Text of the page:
Oct 9, 2021 - Politics & Policy

Programs for crime victims leave families of color behind

Illustrated collage of a person’s silhouette with an ambulance and caution tape.

Illustration: Shoshana Gordon/Axios

Weeks before he was to start his professional basketball career in Europe, in the summer of 2009, Aswad Thomas walked out of a Hartford, Conn., convenience store and into an armed robbery. Two shots to the back ended his career — and nearly his life.

Why it matters: Police talked to Thomas about the case but never asked about his recovery or told him about the services he was entitled to as a victim of a crime.

  • But Thomas, now director of Crime Survivors for Safety and Justice, tells Axios that the pandemic and the national examination of systemic racism have shined a spotlight over the past year and a half on the longstanding shortcomings around the treatment of non-white victims of crime.

The big picture: Organizers say victims' advocates have been disproportionately white and focused on white victims — even though crime victims are disproportionately Black.

  • Violent crime, including homicides, rose sharply last year. And a 2018 Washington Post analysis of nearly 50,000 homicides around the country found that an arrest was made in 63% of murders of white victims, compared to 48% of those with Latino victims and 46% with Black victims.
  • "In my immediate family, five out of 10 males were victims of gun violence, and none of us ever received any support," Thomas tells Axios.
  • That includes his father and brother, Thomas said. All told him that no crime victims' advocate ever reached out to them.

How it works: Victims of crime in many states have access to financial assistance, crisis counseling, legal services and notifications of suspects moving through the criminal justice system.

  • But some states deny victims of crime access to compensation if they've been convicted of a crime themselves — even minor crimes, years earlier — said Stephen Massey, chief operations officer at the CitiLookout Counseling and Trauma Recovery Center in Springfield, Ohio.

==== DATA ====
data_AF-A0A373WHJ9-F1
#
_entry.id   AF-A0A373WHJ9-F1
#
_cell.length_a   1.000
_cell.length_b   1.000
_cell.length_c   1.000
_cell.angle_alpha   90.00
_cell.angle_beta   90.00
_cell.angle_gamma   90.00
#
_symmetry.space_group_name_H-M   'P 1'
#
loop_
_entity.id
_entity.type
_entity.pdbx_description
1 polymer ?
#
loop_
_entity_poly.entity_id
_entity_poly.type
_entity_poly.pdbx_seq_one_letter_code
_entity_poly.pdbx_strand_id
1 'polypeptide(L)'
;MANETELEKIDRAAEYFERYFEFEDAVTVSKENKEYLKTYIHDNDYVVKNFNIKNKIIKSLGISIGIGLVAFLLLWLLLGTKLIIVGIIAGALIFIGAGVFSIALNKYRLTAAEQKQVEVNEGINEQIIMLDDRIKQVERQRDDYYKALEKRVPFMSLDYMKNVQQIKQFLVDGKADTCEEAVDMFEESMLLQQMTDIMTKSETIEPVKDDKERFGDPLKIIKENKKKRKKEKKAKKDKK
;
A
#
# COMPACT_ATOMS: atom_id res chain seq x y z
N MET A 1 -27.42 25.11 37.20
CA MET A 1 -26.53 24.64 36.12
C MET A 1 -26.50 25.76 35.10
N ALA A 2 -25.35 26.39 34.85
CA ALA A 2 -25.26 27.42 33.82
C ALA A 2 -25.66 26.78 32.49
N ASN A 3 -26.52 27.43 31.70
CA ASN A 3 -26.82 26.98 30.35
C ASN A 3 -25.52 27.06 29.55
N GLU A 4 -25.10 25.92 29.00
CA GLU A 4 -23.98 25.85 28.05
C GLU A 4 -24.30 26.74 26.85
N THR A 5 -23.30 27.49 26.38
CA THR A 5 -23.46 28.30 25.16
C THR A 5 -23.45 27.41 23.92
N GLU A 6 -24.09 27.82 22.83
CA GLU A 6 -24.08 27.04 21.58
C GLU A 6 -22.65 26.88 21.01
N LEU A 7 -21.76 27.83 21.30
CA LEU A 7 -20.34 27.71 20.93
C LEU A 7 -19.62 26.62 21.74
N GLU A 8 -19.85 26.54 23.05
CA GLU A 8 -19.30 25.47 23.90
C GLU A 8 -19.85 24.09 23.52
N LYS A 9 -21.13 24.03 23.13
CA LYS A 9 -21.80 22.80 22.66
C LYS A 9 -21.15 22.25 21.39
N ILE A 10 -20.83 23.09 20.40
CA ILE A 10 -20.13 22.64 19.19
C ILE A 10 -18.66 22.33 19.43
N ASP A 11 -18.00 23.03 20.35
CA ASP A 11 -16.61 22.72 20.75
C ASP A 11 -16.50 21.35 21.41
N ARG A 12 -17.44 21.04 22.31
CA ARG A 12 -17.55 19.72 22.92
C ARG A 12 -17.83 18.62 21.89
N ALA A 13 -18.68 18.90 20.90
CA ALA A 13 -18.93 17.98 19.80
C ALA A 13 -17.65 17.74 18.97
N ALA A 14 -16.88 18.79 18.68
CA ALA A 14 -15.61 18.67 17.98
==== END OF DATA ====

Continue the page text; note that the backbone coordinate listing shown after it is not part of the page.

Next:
• "We had the Dayton mass shooting here (in 2019) where we had 20 victims who were denied victim's compensation due to things related to something far in the past like toxicology... things that really were irrelevant," Massey said.

What's next: Thomas and other activists have been advocating for the opening of trauma recovery centers to address disparities.

  • The centers offer free clinical case management, psychotherapy, crisis intervention, and medication management as well as legal advocacy and help filing police reports and accessing victim compensation funds.
  • About three dozen have opened in recent years in California, Ohio, and Michigan, with more planned in Texas and Florida.
  • The centers aim to improve relations between communities and local law enforcement and to work with state legislatures on criminal justice reform.

What they're saying: Some crime victims of color and their families are raising concerns not just about their attackers but about how the system failed the attackers.

  • In Houston, Theresa Seck publicly questioned elected officials about why some repeat violent offenders are freed from jail on multiple felony bonds and personal recognizance bonds. Her brother was shot to death last year. The suspect charged had been out on bond and wearing an ankle monitor.
  • "This bond situation ruined two Black families," Seck told Axios. "The family of the victim and the family of the person who shot my brother. Now he could be in prison for life. It didn't have to be this way."
  • Seck has teamed up with traditional victims of crime groups to advocate tougher bail and bond reforms in Texas. She called it a civil rights issue since crime disproportionately hurts communities of color.
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